Friday, 31 May 2013

Whole life term imposed for murderer of April Jones

Crown Court - Mold
Mark Bridger (47), is to serve a 'whole life term' for the murder of April Jones - The Guardian 30th May 2013.  April disappeared in October 2012 and her body has not been found - BBC 31st May.   It was revealed during the trial that fragments of bone consistent with a juvenile human skull were found among ashes in a woodburner, along with April's blood near to a number of knives, including one which was badly burned.

The sentencing remarks of  Griffith Williams J are available via the Judiciary website.  The judge described Bridger as a 'pathological and glib liar' - a 'paedophile who harboured sexual and morbid fantasies about young girls'.  Bridger's laptop stored images of 'foul pornography of the gross sexual abuse of young children.'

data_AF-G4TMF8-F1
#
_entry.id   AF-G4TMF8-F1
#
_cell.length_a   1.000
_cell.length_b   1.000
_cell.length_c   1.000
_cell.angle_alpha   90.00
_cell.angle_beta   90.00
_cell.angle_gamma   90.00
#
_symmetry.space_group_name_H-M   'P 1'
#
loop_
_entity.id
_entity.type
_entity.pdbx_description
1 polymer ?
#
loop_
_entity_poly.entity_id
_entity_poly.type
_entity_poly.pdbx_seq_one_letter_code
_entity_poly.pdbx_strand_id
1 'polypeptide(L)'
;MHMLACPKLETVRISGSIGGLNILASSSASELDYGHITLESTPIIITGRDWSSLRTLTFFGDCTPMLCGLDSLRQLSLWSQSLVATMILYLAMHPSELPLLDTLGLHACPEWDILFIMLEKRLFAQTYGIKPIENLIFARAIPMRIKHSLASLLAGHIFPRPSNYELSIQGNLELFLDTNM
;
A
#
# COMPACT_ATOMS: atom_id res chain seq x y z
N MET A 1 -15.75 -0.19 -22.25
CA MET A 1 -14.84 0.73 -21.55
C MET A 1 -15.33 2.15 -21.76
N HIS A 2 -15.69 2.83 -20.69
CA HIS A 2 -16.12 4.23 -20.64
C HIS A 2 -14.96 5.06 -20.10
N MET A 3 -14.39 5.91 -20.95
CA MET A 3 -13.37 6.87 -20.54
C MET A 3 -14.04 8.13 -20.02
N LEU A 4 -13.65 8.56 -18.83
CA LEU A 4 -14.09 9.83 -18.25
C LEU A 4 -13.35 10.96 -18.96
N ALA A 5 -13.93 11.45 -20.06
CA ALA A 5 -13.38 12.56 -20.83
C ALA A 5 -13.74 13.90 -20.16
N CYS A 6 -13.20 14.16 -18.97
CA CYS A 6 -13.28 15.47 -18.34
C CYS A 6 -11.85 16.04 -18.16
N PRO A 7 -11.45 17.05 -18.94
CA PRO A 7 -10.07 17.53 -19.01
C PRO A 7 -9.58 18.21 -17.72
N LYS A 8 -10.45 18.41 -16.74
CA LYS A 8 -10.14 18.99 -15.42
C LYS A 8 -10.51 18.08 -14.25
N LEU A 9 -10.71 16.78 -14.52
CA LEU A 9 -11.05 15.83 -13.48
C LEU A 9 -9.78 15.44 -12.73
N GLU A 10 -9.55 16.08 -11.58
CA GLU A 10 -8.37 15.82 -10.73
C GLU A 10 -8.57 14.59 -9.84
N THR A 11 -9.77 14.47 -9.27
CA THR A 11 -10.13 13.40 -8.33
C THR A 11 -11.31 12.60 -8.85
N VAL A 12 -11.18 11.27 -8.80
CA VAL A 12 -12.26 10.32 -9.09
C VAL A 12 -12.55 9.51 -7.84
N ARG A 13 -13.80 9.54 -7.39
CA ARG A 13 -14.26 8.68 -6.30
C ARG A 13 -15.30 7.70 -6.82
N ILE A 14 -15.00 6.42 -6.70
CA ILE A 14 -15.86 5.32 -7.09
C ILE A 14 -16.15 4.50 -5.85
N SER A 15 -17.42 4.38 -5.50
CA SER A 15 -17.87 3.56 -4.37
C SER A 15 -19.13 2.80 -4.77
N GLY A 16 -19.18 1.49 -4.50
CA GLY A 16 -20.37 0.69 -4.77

Factors for determining the minimum term are
in Schedule 21 of the Criminal Justice Act 2003 - see post of 16th May Whole Life Orders for Murder.  A murder of a child involving abduction or sexual or sadistic motivation points to a whole life term.  Aggravating features in this case included significant premeditation and concealment of the body.

Murder trials where the body has not been found have an interesting history - Wikipedia.   The modern law stems from R v Onufrejczyk [1955] 1 Q.B. 388.   In Brougham v The Queen [2000] UKPC 20, Lord Slynn of Hadley cited Lord Goddard's judgment in Onufrejczyk :
"… the fact of death, like any other fact, can be proved by circumstantial evidence, that is to say, evidence of facts which lead to one conclusion, provided that the jury are satisfied and are warned that it must lead to one conclusion only."
The Telegraph 30th May reported on concerns regarding the availability of pornography on the internet.

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